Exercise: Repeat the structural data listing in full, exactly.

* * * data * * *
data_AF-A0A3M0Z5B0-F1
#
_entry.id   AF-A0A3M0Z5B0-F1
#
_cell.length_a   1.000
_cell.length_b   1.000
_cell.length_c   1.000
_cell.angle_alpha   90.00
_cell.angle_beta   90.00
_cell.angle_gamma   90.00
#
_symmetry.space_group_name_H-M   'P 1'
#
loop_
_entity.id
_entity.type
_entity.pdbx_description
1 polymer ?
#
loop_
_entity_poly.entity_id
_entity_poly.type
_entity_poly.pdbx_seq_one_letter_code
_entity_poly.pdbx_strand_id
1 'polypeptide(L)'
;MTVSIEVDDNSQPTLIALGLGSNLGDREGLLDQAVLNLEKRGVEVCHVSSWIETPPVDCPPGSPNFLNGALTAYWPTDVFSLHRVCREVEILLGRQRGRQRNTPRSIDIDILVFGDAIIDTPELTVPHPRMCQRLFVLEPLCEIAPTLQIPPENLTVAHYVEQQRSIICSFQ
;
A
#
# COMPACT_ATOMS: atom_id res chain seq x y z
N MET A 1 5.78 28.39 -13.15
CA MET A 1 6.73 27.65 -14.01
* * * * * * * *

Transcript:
data_AF-A0A3M0Z5B0-F1
#
_entry.id   AF-A0A3M0Z5B0-F1
#
_cell.length_a   1.000
_cell.length_b   1.000
_cell.length_c   1.000
_cell.angle_alpha   90.00
_cell.angle_beta   90.00
_cell.angle_gamma   90.00
#
_symmetry.space_group_name_H-M   'P 1'
#
loop_
_entity.id
_entity.type
_entity.pdbx_description
1 polymer ?
#
loop_
_entity_poly.entity_id
_entity_poly.type
_entity_poly.pdbx_seq_one_letter_code
_entity_poly.pdbx_strand_id
1 'polypeptide(L)'
;MTVSIEVDDNSQPTLIALGLGSNLGDREGLLDQAVLNLEKRGVEVCHVSSWIETPPVDCPPGSPNFLNGALTAYWPTDVFSLHRVCREVEILLGRQRGRQRNTPRSIDIDILVFGDAIIDTPELTVPHPRMCQRLFVLEPLCEIAPTLQIPPENLTVAHYVEQQRSIICSFQ
;
A
#
# COMPACT_ATOMS: atom_id res chain seq x y z
N MET A 1 5.78 28.39 -13.15
CA MET A 1 6.73 27.65 -14.01